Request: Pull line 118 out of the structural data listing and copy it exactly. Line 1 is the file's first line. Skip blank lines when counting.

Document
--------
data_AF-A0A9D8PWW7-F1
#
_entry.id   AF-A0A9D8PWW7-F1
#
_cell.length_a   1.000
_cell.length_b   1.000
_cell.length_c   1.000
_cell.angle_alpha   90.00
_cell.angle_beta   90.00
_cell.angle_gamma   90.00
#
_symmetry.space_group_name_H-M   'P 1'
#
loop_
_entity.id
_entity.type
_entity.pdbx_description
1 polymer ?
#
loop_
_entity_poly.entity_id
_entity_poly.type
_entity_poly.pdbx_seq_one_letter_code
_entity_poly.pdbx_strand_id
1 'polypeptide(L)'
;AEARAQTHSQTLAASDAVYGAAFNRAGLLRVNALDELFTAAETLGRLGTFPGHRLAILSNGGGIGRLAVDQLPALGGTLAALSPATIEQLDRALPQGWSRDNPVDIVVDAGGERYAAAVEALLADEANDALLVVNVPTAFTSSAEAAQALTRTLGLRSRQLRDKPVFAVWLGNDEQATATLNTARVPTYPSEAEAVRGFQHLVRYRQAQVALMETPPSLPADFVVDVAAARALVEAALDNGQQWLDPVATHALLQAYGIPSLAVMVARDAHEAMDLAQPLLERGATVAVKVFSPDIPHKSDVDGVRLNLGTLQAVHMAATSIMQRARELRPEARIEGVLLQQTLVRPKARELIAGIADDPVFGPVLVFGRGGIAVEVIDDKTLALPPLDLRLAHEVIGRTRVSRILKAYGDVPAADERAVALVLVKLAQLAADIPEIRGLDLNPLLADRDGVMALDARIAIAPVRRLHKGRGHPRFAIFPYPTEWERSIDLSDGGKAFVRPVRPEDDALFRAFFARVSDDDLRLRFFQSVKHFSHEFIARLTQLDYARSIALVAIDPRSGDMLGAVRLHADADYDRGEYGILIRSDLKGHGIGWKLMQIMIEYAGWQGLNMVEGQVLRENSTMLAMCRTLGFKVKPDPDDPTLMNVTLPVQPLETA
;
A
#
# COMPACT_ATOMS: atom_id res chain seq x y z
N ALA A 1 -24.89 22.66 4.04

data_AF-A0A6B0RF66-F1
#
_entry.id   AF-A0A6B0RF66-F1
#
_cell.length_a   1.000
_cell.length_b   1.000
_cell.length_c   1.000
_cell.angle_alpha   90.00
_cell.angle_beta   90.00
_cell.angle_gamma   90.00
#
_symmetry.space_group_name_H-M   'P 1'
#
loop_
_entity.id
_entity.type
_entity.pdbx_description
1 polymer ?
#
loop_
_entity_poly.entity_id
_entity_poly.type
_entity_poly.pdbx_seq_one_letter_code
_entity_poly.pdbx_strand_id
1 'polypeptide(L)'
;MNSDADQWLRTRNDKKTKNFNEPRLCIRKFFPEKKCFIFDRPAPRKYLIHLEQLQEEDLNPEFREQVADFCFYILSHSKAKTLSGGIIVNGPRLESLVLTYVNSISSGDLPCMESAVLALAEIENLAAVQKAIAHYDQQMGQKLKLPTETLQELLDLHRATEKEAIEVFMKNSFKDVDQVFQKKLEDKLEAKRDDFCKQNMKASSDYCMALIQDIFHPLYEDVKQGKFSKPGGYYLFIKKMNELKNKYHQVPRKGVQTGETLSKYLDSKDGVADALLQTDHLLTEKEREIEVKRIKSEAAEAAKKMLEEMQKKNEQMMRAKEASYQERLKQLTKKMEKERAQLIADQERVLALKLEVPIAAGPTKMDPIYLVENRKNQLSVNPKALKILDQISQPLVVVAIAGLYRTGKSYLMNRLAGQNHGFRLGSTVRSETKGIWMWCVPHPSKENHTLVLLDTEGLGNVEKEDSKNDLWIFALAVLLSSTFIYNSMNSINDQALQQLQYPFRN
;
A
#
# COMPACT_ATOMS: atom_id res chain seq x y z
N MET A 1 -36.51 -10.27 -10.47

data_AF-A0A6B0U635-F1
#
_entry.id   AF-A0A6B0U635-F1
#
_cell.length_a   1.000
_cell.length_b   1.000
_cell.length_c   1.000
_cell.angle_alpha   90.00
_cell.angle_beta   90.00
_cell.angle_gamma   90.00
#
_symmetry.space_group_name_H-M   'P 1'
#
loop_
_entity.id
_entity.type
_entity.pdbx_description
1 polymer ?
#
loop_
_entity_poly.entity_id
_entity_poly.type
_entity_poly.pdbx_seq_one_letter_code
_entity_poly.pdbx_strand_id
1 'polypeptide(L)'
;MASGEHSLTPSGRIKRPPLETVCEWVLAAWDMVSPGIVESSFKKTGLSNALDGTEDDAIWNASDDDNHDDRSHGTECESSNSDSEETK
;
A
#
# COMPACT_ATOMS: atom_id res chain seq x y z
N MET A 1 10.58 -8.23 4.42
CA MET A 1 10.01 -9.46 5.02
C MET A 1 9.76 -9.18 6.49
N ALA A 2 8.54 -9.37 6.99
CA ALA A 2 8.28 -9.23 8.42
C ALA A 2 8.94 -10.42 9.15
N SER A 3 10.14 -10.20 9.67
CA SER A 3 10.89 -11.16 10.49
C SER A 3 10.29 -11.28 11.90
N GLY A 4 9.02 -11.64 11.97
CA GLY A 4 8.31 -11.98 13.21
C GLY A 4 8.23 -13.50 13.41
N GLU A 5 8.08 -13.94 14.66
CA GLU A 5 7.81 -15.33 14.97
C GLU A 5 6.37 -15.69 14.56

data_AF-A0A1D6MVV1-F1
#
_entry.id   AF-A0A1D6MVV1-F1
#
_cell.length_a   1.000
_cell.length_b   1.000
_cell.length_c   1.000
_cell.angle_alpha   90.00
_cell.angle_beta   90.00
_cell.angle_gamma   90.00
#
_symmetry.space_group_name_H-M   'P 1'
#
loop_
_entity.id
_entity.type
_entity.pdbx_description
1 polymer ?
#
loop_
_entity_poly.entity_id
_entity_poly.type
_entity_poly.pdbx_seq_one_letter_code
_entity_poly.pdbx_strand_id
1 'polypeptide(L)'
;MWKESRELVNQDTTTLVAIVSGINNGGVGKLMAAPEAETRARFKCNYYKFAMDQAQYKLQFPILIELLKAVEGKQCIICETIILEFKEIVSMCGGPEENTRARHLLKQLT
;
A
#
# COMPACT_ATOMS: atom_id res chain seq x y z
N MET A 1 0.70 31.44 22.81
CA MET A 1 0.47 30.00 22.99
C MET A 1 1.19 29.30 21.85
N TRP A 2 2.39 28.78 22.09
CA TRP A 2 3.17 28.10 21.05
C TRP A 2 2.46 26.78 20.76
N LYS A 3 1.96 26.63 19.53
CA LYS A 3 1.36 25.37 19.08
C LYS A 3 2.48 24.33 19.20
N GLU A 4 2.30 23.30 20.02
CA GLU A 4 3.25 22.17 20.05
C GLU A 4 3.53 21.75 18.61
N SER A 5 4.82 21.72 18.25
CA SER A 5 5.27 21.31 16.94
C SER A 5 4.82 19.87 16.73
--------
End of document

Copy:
#